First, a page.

This Technote discusses two important questions that need to be addressed before starting an IBM Tivoli Monitoring V6.1 (or IBM Tivoli Monitoring Express) implementation. Who will own the tool and what are the monitoring needs?
Before starting to implement IBM Tivoli Monitoring V6.1, two important questions should be addressed: Who will own the tool and what are the monitoring needs? In this document we discuss these important considerations.
Note: The following discussion is also valid for the IBM Tivoli Monitoring V6.1 Express product.
Who will own the tool?
An organization performing enterprise systems management can be thought of as being somewhere along an evolutionary process for distributed computing. While the host arena is mature, the distributed environments are generally less mature. This is not to say that a less mature environment is qualitatively less desirable than a more mature environment; it is merely the recognition of a current state. The location on the maturity scale is recognition of process maturity, technical achievement, and financial investment.
At a lower level of maturity, you can expect the Tivoli support team to own the monitoring solution and the development of monitors for the enterprise.
An increasingly common movement among more mature enterprise customers is to turn their developed products into services. In such situations, the Tivoli support team manages the infrastructure and sets the direction, and provides training for the use of the services, besides providing support to those using the services. In this context, for IBM Tivoli Monitoring V6.1, the creation of monitors is left to the administrators and the application team, while the overall tool function and architecture is held by the Tivoli support team.
The criteria to determine the way implementation should be managed are as follows:
- IBM Tivoli Monitoring V6.1 is already installed in the environment and is stable. This includes the implementation processes.
- The administrators and the application team have the skills required for programming (that is, the general skills).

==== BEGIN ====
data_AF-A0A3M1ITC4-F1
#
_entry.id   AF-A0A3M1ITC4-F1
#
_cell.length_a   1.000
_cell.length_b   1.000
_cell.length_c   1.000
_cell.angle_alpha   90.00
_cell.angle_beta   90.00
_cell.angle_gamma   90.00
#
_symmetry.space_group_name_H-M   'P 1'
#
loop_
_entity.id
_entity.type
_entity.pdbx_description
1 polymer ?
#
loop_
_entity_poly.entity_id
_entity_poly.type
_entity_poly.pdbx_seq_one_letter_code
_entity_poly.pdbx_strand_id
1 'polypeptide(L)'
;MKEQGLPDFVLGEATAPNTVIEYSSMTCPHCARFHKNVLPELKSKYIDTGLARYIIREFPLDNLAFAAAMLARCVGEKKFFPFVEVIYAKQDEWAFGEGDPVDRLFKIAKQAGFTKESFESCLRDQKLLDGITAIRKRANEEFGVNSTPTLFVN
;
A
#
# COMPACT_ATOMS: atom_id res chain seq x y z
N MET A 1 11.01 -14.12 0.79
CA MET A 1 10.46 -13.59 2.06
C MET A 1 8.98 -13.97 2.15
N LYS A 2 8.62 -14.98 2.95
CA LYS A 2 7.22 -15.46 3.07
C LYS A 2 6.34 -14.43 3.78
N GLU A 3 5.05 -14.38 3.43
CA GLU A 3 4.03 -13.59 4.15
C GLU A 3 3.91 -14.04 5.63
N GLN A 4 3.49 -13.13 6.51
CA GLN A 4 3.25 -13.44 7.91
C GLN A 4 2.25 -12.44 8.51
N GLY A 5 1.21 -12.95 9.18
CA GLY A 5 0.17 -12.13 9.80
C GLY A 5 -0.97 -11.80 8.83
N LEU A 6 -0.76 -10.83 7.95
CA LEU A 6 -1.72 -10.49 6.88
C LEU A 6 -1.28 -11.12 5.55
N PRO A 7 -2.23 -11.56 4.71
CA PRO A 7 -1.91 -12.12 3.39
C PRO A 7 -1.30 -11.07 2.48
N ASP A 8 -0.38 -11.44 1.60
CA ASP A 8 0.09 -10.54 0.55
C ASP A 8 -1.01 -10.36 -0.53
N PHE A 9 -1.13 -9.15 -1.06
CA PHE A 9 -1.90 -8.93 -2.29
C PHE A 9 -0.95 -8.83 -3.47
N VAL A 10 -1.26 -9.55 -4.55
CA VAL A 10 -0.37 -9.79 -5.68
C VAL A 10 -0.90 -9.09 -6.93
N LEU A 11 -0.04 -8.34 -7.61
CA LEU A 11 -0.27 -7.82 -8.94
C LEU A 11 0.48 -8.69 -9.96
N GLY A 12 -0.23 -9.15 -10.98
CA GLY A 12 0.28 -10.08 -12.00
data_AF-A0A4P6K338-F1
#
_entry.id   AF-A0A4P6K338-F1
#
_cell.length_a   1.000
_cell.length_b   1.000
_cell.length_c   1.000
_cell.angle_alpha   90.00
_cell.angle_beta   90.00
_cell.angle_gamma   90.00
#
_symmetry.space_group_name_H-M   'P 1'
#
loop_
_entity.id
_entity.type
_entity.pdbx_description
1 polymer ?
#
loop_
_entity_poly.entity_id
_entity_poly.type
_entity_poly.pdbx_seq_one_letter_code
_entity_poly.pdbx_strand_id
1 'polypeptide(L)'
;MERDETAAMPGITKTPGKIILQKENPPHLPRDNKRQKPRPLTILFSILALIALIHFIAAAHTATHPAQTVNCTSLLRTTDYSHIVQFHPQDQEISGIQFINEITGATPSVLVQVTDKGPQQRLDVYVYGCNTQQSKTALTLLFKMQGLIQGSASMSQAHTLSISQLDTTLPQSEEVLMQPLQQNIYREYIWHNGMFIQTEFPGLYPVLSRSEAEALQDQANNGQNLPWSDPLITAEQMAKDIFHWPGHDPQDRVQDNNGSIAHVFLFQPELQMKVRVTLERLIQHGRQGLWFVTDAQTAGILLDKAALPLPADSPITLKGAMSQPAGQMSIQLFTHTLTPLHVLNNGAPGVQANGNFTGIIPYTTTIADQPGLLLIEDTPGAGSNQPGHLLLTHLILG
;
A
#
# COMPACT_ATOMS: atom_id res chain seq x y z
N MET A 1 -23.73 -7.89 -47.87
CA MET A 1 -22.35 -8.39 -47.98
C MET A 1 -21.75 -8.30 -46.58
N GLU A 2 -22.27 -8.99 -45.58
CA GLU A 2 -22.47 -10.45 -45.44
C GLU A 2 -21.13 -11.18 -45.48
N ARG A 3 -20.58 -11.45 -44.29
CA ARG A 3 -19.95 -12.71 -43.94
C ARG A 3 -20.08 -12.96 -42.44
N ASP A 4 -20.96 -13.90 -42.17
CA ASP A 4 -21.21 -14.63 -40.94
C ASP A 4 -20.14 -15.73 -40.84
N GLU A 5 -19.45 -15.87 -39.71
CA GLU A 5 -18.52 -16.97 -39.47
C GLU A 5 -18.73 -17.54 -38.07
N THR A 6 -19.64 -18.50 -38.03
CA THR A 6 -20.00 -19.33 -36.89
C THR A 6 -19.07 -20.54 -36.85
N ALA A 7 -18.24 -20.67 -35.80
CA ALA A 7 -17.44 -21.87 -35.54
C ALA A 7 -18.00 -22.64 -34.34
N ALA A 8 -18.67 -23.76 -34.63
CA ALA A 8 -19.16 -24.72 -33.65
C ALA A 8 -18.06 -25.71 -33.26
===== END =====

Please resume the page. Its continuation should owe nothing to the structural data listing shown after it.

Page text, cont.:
- You are prepared to educate the administrators and the application team about how to build the monitors, and provide documentation to support this.
- Precedence exists for the administrators and the application teams to “own” their own monitors, and they are ready to “own" their monitors (that is, recognize the resource requirements within their teams).
- The change control to production environment is a fairly mature process, and the application team and administrators follow the process.
- Development and Quality Assurance (QA) environments are available for the application teams and administrators to develop their monitors.
- A commitment to a QA process will be made prior to the introduction of the monitors into the production environment.
If your organization is not in a position to meet these criteria, it will be better served by developing and managing the tool in a single group.
What are the monitoring needs?
Identifying the monitoring needs is a crucial step during an IBM Tivoli Monitoring implementation. This includes recognizing the need for application monitoring for new applications; improving the existing monitoring solutions through the introduction of newer, more sophisticated monitoring; or correlation among existing and known monitoring items. This should include identification of the criticality of the request and the impact of the situation this monitoring is to address, in order to prioritize development activities across the available resources.
One fairly straightforward way to discover the need for monitoring is through the Information Technology Infrastructure Library (ITIL) concept of the Problem Management function within your organization.
When a situation occurs that is of enough significance in your organization and that could be detected via some technical means, the Problem Management function should request via the application/system owner that some mechanism be created to proactively identify and resolve the issue, identify it and alert the required parties, or take some automated action to attempt to resolve the issue before it becomes an incident.